The War on Terrorism – An Alternative View

Media critic Barrie Zwicker, the host of Canada's VisionTV Insight: Mediafile, is one of the few North American journalists to offer an alternative viewpoint on the Sept. 11 tragedy. In this provocative six-part series of Mediafile commentaries, he challenges the official explanation for the attacks and considers the troubling implications of America’s new war.

Part One   Part Two   Part Three   Part Four   Part Five

Barrie Zwicker.
  What really happened on Sept. 11th?
“9/11 – Part 6”
Conclusion (What Did George Bush Know and When Did he Know it?” popularly known as “The Great Deception.”)"

Subject: Moral and spiritual challenges amidst fear and denial in a propagandized society

The editors at the New York Times made the right judgment call, in my opinion, by playing this story [“Pentagon Readies Efforts to Sway Sentiment Abroad; Debate over Credibility; New Office Proposes to Send News or Maybe False News to Even Friendly Lands,” by James Dao and Eric Schmitt] at the top of their front page recently. Because a campaign of government deception is a moral issue.

But in a way, these headlines are laughable, including as they do phrases such as “…readies efforts…?” And “…proposes to send…false news…?”

Are readers supposed to believe the Pentagon might… start lying?

Those who have seen the documentary The Panama Deception will find this assumption impossible to swallow. [VIDEO CLIP from “The Panama Deception,” Jeff Cohen of Fairness and Accuracy in Reporting (FAIR) of New York City, speaking]:

“The U.S. military said 250 civilians were killed. There isn’t a single credible source in Panama that believes that’s true, whether it’s ambulance drivers, human rights monitors, people – doctors who worked in hospitals, neighbours of bombed-out blocks. It’s just clearly false. That story would be so easy to tell for any journalist worth his or her salt. But they’re not telling it.”

Back to the Times article. The odd thing about it is that you can go over it with a divining rod and find that neither the writers, nor anyone they quote, makes so much as a passing reference to the simple wrongness of government lying. Not once are the words “moral,” “morality,” “ethics” or such, used, let alone “lies” or “lying.”

In my moral book, publishing a story with morality at its heart, without mentioning the word, is committing the sin of omission.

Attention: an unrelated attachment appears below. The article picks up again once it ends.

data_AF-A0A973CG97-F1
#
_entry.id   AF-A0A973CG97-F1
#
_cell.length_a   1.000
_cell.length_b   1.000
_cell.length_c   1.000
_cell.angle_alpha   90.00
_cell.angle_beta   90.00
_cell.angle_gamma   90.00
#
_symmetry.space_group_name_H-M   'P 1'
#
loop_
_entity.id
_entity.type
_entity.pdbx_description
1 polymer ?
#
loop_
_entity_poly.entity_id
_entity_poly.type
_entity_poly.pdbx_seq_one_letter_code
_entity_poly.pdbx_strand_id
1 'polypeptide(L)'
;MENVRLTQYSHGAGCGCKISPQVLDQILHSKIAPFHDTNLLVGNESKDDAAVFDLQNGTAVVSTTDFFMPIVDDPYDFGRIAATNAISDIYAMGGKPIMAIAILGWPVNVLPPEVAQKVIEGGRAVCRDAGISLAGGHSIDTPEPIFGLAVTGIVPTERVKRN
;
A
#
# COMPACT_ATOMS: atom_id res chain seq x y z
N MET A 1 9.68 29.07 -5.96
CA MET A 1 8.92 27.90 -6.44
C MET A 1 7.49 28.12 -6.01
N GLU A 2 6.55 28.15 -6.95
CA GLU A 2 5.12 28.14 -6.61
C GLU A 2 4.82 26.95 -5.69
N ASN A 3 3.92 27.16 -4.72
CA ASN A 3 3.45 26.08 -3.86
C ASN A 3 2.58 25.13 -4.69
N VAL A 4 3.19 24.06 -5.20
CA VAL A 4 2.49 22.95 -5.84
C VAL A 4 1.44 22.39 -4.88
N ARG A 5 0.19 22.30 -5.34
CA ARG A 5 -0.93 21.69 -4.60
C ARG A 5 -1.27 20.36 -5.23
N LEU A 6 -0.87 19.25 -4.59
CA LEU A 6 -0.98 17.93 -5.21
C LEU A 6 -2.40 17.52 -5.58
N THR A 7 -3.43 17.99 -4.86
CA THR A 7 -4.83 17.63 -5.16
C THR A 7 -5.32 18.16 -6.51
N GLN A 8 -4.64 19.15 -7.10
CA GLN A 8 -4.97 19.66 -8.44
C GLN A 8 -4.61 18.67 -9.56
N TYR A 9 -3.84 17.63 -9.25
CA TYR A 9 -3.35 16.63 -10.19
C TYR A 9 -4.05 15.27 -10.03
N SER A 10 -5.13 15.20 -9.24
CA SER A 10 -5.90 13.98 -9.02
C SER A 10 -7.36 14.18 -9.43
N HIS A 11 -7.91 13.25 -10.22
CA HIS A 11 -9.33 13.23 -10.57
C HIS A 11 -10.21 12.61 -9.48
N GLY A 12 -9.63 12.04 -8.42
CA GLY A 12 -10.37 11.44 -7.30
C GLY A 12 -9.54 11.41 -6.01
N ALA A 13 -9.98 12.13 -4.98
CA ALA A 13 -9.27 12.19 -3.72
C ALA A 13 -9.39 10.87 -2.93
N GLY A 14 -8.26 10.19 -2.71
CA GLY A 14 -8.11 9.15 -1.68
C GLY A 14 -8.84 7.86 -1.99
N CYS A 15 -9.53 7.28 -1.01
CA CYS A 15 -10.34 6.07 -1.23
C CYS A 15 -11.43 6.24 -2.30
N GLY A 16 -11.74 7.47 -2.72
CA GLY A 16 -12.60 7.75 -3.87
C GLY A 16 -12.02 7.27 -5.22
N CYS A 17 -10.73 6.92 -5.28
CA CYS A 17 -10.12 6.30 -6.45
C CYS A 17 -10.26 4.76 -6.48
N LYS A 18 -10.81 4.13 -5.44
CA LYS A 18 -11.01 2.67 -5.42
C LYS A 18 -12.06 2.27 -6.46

The story also accepts foolish statements about Saddam Hussein and prints them with a straight face, as it were. It’s claimed he “…has a charm offensive going on…’ ”

I don’t know about you, but I’ve noticed the offensive part but not the charm part.

“ ‘…and we haven’t done anything to counteract it,’ a senior military official said.”

Well, if you don’t count the U.S. government’s all-out propaganda campaign against the Iraqi leader for more than a decade, then I guess this guy’s got a point.

Readers are also misled to focus on side issues such as “public perceptions,” “strategy,” “possible illegality” and bureaucratic turf wars. This article – representing the crème de la crème of U.S. journalism – symbolizes how disconnected the U.S. media and government have become from moral questions, one might almost say, from reality.

To give credit where credit’s due the Times ran an editorial terming the Pentagon’s proposed new Office of Strategic Influence “Orwellian.” Yet the editorial fails as well to question the fundamental justness of the Pentagon.

Which brings me to my main point. The less people ask themselves questions about deceit the more it clears the way for organizations such as the CIA to continue to receive seemingly unending billions of dollars. Taxpayer money used to train terrorists, as the CIA acknowledges it has. To destabilize governments, as former CIA agent John Stockwell writes in his book In Search of Enemies. And to inject toxic grey, white and black disinformation into the world’s information systems, as William Blum spells out in Killing Hope. All with barely a whisper of dissent.